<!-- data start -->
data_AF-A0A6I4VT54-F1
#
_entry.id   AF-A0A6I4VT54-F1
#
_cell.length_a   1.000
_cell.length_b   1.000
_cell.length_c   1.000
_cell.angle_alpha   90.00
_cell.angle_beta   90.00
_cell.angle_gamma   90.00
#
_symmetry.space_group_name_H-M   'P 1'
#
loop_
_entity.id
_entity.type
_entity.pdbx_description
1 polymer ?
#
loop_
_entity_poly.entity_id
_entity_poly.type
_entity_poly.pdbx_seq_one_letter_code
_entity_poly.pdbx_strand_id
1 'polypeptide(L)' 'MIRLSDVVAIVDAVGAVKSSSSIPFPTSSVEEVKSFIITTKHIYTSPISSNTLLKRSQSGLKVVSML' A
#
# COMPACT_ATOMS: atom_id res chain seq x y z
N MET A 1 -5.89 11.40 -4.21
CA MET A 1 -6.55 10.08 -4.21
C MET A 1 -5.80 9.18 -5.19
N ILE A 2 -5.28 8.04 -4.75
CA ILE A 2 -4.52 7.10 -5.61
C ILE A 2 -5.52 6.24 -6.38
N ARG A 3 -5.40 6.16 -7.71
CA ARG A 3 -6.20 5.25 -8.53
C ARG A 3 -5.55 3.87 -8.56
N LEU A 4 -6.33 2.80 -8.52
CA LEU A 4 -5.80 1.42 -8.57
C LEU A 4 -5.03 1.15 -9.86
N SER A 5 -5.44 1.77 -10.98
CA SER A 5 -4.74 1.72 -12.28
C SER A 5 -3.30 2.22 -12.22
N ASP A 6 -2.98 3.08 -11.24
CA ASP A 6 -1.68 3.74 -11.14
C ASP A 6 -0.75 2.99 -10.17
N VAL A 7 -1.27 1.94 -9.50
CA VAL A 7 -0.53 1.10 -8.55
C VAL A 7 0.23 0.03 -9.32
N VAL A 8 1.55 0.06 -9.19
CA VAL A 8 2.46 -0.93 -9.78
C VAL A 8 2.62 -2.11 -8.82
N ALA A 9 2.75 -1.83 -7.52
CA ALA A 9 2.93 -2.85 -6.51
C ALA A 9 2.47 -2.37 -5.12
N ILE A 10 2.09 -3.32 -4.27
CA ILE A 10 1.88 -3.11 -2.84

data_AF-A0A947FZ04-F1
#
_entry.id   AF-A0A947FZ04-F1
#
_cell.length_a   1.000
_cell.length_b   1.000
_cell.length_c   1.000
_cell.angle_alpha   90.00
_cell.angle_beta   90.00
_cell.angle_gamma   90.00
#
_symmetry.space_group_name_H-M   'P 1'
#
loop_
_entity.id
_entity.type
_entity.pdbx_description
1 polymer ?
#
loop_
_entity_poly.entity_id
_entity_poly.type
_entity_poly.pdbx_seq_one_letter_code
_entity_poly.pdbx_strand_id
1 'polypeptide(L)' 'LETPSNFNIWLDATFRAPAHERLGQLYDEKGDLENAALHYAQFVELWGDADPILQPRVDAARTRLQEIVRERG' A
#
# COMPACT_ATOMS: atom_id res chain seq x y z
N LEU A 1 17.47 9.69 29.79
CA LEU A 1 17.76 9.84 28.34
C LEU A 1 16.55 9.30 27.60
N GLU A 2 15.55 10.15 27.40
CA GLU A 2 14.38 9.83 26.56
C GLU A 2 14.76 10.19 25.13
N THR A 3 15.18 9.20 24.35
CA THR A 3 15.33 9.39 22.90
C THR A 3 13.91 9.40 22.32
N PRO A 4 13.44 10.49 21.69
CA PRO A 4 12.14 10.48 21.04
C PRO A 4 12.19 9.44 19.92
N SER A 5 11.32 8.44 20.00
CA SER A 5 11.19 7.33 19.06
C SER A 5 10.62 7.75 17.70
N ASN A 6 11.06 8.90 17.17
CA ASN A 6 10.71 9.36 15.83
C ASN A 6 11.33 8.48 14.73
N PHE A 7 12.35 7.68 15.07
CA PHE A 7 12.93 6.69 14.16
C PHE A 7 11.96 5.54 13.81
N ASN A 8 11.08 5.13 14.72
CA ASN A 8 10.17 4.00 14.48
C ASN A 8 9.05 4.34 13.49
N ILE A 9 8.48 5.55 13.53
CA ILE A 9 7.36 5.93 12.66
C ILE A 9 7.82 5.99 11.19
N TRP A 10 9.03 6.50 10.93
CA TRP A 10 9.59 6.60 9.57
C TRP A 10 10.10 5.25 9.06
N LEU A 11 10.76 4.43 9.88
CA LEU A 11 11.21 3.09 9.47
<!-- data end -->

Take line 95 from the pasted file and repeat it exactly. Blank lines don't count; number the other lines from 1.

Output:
C PRO A 4 12.19 9.44 19.92